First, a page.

Studies have shown white survivors, and those with higher incomes, are often more likely to receive help from the Federal Emergency Management Agency after natural disasters hit. FEMA has been under fire as an agency since Hurricane Katrina, but a new bill seeks to close the gap in terms of disaster funds disbursement.
A new piece of legislation, sponsored by House Homeland Security Committee Chairman Bennie Thompson, D-Miss., and Sen. Elizabeth Warren, D-Mass., would require FEMA to center equity in its programs and change how it collects data to flag and fix disparities, reported by NBC News.
“Whether you receive assistance after a disaster shouldn’t depend on your zip code or background,” Thompson, whose district spanning the Mississippi Delta is one of the poorest regions in the country, said in a statement. “It’s past time that the Federal government — and particularly the Federal Emergency Management Agency — makes disaster assistance equity a real priority to reduce barriers to recovery.”
The legislation would also allow local governments affected by disasters to request aid directly from FEMA in some circumstances. With the Stafford Act, governors have the final say in requesting major disaster declarations. The bill would also require the Government Accountability Office to review whether FEMA’s criteria to consider states’ requests for help affect “equity for underserved communities.” In September of last year, FEMA changed its requirements for Black families to verify home ownership to receive disaster aid.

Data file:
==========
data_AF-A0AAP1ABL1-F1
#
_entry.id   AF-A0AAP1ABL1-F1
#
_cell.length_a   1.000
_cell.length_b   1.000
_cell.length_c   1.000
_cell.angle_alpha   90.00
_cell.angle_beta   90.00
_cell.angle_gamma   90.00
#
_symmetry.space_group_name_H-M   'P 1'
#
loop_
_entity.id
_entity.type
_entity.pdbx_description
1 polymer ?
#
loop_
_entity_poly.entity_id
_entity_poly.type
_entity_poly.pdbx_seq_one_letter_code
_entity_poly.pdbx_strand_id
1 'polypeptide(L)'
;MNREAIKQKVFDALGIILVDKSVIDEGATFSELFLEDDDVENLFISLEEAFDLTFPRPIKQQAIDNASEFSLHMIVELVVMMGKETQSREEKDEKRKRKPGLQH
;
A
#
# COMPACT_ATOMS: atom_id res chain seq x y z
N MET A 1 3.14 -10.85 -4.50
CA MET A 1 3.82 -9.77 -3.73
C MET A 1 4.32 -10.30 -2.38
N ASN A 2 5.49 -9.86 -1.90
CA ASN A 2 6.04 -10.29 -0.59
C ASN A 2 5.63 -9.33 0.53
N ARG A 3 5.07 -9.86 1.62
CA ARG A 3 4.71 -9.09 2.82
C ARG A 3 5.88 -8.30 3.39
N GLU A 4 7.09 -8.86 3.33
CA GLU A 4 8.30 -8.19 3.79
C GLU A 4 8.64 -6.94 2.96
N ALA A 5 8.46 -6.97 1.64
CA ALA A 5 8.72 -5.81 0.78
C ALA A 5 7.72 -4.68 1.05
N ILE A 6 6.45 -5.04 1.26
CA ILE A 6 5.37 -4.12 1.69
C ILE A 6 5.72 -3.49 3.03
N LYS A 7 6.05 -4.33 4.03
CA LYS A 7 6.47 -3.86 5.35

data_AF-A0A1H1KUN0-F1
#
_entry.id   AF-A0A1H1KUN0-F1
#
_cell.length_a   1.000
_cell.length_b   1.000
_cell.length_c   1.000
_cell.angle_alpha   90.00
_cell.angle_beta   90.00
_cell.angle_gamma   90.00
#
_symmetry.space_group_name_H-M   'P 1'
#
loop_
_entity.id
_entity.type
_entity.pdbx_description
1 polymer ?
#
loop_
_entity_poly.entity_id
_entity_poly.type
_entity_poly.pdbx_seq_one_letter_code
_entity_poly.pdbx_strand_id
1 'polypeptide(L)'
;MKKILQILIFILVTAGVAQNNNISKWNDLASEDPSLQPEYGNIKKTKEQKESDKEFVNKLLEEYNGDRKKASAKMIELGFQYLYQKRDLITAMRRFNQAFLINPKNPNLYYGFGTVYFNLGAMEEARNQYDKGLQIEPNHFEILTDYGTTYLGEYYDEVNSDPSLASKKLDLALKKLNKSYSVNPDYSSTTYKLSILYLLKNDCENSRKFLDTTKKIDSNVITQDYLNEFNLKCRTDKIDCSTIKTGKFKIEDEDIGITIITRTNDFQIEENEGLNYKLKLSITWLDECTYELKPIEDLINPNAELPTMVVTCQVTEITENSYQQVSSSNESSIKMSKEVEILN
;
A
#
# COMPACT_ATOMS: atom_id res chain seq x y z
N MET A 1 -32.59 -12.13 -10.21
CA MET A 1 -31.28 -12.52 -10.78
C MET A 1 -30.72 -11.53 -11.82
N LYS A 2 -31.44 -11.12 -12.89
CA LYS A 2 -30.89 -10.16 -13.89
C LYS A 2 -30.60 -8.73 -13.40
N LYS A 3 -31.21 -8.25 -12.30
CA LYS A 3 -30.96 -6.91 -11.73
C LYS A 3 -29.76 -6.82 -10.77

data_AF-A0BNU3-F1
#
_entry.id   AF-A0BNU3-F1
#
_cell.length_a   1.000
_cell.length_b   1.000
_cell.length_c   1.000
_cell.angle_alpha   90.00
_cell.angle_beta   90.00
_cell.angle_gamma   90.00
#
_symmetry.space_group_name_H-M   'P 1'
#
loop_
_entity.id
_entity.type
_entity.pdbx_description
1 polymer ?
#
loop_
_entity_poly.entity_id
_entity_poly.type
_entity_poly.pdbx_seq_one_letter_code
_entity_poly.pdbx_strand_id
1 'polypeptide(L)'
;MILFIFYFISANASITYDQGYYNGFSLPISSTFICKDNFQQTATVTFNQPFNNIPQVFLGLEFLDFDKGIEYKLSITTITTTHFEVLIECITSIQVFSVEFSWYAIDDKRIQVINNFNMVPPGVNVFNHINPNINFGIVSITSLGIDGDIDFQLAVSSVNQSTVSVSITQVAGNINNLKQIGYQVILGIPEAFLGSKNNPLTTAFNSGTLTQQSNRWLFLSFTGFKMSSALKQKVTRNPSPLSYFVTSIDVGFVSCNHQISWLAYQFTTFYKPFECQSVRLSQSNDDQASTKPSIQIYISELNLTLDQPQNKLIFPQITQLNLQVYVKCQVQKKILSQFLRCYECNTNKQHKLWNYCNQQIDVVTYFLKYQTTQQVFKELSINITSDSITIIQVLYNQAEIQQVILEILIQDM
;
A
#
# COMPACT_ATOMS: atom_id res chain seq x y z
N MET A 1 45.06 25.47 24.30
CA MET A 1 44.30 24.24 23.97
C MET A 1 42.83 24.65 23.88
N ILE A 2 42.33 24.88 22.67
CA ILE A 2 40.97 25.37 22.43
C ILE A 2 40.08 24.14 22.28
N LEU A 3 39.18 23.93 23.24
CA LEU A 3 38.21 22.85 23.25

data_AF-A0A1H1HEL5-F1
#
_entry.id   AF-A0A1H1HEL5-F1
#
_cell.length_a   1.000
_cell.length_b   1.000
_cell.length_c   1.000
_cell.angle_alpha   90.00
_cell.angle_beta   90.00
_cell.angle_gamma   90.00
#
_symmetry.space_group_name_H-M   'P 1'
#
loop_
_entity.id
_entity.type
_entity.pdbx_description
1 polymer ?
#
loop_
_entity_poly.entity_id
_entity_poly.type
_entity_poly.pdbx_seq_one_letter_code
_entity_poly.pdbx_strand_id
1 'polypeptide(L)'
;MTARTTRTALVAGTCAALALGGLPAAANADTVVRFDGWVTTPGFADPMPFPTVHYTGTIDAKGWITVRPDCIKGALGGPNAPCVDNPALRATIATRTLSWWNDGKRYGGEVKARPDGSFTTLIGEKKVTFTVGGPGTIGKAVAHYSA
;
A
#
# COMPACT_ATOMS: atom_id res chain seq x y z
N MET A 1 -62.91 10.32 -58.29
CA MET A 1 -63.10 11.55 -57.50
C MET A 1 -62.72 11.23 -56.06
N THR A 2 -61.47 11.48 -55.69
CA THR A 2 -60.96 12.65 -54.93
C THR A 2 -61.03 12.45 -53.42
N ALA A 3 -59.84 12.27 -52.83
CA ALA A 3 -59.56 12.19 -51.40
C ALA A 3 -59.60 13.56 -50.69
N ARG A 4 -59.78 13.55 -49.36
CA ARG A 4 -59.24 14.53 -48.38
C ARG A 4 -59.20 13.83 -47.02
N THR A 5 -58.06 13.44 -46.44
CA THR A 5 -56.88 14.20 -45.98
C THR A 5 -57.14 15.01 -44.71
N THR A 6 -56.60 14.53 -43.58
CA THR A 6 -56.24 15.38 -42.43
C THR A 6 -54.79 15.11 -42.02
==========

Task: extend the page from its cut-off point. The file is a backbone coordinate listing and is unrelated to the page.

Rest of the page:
“For too long, frontline communities have been disproportionately impacted by the devastating effects of natural disasters, and this injustice is exacerbated by the distribution of relief,” Warren said in a statement. “We must work towards achieving greater equity in FEMA’s disaster response.”
NBC News reported in March that the federal government was less likely to grant aid through FEMA’s Individuals and Households Program following storms with highly localized damage. Wealthy homeowners are more likely to receive aid than those of poorer income.